Jack of all trades05 July 2018 | Michael Nash
Ford Otosan’s Inönü plant houses an unusual production mix, and is taking on more projects. Michael Nash investigates
Inönü is a small, sleepy town in north-west Turkey. The nearest city, Eskisehir, is a 40-minute drive away and is populated by young students who attend its two universities. Aside from an array of dilapidated houses and ancient-looking coffee shops, Inönü is home to a large Ford Otosan plant that opened back in 1982.
But this isn’t any old factory in the middle of nowhere. It houses an unusual production portfolio, churning out trucks and tractors as well as 9.0-litre and 12.7-litre, six-cylinder engines for heavy commercial vehicles (HCVs), and 2.2-litre, four-cylinder Duratorq engines for Transit light commercial vehicles (LCV). It is also Ford of Europe’s only production centre for rear axles of the Transit models, and will soon feature in-house transmission manufacturing.
Speaking to AMS, plant manager Aysan Hosver outlines the advantages of making these components and vehicles under one roof. “Although they are used on different types of vehicles, the components of the engines have similar manufacturing processes,” he explains. “Having both in the same plant increases efficiency, and we can leverage the combined know-how and experience. We also benefit from flexible, low volume HCV production and a more automated, higher volume for LCVs. Machines and lines are designed in such a way that they backup each other in case of any breakdowns.”
The HCVs and rear axles are made in one area of the plant, while the engines are made in another. The four-cylinder and six-cylinder engine production is separated due to them being different sizes and having different cycle times – around 225 four-cylinder engines are made at Inönü every day, while just 45 six-cylinder engines are produced. However, both the nine-litre and 12.7-litre six-cylinder engines are made on the same line.”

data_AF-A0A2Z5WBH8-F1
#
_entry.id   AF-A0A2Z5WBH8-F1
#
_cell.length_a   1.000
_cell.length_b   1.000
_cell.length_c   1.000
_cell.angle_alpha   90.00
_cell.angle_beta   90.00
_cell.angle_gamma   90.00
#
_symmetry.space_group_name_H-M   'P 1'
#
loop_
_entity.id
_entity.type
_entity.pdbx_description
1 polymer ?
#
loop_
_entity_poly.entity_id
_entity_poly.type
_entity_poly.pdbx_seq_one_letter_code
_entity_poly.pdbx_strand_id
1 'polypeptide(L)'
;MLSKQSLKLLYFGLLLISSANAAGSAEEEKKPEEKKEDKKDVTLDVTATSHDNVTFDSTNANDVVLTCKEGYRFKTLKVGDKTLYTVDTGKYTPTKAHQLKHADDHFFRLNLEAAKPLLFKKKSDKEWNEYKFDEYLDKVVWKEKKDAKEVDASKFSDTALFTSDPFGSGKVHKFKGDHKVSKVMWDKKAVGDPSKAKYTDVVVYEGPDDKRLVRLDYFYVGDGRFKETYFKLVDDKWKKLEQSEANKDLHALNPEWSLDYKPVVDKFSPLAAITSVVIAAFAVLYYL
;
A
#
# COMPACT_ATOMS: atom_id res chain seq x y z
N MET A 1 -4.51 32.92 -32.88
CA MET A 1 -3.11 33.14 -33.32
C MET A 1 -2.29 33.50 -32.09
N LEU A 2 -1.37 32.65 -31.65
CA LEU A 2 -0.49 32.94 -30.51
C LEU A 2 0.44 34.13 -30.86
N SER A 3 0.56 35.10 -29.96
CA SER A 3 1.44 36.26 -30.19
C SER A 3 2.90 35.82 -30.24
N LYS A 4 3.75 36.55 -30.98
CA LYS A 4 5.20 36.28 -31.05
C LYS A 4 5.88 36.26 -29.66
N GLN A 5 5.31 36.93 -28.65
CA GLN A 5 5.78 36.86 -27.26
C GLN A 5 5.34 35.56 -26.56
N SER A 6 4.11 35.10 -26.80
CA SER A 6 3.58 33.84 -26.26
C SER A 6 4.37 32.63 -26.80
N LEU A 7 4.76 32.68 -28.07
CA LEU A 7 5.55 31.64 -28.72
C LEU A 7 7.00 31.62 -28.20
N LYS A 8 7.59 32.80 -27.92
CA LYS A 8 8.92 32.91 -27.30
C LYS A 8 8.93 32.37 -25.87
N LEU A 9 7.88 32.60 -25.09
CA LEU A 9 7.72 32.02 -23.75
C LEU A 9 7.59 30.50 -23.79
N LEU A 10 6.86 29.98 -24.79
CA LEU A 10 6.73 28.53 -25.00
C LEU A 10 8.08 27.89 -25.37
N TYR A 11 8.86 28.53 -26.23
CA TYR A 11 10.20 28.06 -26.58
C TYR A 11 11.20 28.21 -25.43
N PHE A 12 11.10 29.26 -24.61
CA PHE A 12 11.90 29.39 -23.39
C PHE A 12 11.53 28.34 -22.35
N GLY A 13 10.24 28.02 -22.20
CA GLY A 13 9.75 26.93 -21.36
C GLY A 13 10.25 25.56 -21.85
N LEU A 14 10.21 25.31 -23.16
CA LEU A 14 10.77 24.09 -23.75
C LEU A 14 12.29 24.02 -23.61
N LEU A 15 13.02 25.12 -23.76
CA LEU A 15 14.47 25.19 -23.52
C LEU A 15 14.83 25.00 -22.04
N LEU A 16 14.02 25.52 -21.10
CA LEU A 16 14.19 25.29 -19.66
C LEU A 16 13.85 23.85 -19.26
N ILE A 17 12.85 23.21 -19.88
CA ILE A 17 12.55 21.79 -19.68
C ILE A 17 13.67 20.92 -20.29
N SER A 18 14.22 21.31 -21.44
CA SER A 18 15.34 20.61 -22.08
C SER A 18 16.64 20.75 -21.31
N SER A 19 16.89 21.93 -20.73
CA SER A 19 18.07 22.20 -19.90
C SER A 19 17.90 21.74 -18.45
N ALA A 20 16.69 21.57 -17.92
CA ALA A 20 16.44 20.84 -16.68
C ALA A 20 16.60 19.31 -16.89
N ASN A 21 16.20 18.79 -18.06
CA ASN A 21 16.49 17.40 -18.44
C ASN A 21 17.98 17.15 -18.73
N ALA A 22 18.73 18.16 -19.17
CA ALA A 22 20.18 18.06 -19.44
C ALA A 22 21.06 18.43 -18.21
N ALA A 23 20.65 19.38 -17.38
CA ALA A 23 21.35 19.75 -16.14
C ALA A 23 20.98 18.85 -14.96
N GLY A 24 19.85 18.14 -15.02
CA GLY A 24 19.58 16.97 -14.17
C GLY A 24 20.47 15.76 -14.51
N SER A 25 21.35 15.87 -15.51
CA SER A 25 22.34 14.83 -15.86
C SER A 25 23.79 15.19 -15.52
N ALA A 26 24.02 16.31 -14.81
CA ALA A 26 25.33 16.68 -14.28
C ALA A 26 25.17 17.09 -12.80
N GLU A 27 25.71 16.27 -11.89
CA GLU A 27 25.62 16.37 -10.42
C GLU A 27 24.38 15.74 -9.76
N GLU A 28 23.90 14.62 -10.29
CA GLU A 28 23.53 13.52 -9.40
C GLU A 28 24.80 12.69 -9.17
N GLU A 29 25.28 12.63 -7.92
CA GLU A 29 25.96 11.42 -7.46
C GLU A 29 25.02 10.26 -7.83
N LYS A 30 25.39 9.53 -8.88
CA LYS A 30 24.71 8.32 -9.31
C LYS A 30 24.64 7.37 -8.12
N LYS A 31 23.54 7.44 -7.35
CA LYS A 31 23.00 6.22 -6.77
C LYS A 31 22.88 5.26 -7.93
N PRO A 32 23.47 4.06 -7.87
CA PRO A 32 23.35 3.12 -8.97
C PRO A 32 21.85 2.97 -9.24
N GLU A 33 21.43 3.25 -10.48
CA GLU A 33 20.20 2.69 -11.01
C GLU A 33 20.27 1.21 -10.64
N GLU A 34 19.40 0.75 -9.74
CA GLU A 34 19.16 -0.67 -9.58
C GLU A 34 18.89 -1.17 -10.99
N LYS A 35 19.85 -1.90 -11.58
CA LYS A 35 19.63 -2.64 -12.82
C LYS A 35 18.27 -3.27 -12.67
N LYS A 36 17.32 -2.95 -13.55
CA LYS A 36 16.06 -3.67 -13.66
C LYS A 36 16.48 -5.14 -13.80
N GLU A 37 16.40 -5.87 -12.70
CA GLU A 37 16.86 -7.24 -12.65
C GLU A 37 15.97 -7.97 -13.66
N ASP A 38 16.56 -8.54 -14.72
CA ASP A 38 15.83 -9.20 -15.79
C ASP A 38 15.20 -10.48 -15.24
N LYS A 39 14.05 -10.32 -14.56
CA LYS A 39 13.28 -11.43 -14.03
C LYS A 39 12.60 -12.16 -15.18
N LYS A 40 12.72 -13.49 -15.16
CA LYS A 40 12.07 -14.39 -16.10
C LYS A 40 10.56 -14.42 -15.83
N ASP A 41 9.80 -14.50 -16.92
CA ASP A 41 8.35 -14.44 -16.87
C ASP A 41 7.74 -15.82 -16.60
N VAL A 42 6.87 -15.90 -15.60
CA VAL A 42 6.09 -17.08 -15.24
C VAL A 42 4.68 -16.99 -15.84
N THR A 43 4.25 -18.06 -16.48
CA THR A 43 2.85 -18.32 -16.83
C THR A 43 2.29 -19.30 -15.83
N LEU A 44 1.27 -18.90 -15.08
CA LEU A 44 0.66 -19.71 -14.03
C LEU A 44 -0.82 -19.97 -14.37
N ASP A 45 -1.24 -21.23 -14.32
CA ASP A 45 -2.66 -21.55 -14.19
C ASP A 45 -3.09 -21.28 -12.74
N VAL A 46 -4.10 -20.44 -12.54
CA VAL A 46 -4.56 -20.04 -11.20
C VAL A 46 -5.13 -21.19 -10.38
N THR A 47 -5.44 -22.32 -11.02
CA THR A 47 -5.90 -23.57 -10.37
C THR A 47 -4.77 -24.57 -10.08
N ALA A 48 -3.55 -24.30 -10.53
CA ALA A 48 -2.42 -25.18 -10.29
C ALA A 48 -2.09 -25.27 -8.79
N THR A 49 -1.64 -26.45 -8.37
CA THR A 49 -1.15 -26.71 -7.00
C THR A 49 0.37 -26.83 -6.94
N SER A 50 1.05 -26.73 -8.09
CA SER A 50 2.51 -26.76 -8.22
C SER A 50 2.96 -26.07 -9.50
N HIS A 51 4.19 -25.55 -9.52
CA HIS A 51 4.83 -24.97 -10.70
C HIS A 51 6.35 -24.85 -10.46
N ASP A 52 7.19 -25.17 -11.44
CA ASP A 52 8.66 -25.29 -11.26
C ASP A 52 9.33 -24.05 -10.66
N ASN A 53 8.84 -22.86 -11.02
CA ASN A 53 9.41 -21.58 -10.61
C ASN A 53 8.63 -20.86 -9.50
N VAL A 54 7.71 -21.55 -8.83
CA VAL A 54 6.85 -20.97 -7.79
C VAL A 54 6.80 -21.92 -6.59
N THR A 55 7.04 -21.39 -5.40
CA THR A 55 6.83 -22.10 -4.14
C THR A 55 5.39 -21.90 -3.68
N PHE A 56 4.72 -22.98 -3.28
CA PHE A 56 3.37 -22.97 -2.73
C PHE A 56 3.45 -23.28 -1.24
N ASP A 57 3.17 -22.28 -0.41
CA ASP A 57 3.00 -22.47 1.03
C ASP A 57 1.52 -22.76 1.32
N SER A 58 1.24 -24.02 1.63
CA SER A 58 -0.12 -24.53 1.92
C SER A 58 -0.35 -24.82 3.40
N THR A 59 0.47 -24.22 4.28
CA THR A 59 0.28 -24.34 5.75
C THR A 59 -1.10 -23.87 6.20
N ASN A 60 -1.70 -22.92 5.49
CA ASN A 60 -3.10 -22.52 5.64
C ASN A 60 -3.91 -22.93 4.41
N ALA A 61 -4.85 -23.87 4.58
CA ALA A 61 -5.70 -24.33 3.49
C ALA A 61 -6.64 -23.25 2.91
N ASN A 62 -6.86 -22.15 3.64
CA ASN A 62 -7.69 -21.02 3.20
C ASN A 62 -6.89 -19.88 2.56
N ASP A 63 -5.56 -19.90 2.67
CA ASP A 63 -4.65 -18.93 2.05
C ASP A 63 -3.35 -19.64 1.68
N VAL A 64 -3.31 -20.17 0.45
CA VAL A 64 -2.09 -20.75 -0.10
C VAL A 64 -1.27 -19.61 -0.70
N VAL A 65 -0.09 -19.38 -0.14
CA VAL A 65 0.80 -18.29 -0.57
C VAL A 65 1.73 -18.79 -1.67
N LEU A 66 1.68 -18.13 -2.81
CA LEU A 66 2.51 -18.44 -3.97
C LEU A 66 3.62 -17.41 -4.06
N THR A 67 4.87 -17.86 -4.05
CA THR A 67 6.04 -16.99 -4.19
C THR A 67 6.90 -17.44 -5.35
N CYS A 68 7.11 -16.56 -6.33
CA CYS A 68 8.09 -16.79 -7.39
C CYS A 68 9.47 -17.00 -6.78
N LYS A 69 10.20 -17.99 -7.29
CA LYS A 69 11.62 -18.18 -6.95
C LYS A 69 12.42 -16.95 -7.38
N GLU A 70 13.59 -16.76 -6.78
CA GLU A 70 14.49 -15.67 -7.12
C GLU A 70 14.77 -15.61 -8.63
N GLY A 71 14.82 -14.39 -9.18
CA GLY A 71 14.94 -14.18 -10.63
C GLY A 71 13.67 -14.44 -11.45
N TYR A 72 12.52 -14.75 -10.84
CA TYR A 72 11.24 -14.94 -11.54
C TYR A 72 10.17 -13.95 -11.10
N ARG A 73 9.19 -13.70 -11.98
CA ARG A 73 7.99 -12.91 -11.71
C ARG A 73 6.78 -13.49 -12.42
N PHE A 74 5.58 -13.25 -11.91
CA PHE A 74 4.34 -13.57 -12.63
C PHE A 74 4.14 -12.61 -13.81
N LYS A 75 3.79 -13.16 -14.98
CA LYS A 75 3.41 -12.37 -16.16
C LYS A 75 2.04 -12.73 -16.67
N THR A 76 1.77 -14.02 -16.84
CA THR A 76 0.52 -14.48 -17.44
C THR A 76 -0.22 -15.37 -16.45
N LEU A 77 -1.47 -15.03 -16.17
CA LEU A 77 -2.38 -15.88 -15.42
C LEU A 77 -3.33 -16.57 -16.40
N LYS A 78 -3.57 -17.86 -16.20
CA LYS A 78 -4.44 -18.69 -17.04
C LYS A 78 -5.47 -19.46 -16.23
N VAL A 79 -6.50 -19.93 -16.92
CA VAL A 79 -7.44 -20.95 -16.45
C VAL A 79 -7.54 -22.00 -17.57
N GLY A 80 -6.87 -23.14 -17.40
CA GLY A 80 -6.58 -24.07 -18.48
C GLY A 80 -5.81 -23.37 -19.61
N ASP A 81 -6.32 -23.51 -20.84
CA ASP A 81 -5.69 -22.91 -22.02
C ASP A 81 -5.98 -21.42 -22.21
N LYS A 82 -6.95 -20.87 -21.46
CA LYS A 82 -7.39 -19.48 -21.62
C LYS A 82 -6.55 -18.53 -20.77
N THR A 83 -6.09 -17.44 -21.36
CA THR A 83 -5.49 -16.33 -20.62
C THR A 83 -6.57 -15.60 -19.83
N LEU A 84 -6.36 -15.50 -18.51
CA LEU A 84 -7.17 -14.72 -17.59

As well as benefitting from the unusual production mix, the plant at Inönü is strategic in terms of location. “We’re a couple of hours away from our capital, Ankara, just one hour from Bursa, and two hours from Istanbul,” Hosver continues. “We don’t have the high costs involved in being in these locations, but can easily transfer things to and from them. Also, Eskisehir is a source for educated engineers and workforce, as well as an important base for joint projects with the universities. When you put this all together, Inönü is a very wise place to make investments, which is why we are spending more and expanding.”
The plant churned out around 6,000 HCVs in 2017, and Hosver hopes to achieve a 50% increase during 2018, with a target of 9,500 units set. “Currently we have stabilised at about 35 trucks per day, but we plan to go up to 45-ish by the year end,” he explains. “We have a really aggressive plan to go to 16,000 and 18,000 in a couple of years’ time. We are also increasing sales of our engines and rear axles for LCVs, mainly thanks to strong demand from the export market which increased by 50% between 2016 and 2017. In addition to that, spare part demand is climbing and is becoming a huge part of our business here.”
Ford Otosan exported $4.9 billion worth of vehicles in 2017, shipping a record 297,396 units to 89 countries. This accounted for 72% of Turkey’s total CV exports and 69% of Ford’s CV sales in the whole of Europe.
In order to meet rising demand and hit output targets, companies often outsource engineering or manufacturing, but that’s not the plan for Ford Otosan. On the contrary, Hosver is eager to outline the company’s strategy of maximising in-house production. “When you get a solution from a supplier it is introduced and then forgotten about,” he says. “But when we design and engineer something in-house, we integrate it, start using it for production, and then we keep revisiting it to see if we can make improvements. This gives us a great advantage in terms of costs over our competitors, and allows us to make consistent progress with our facilities.”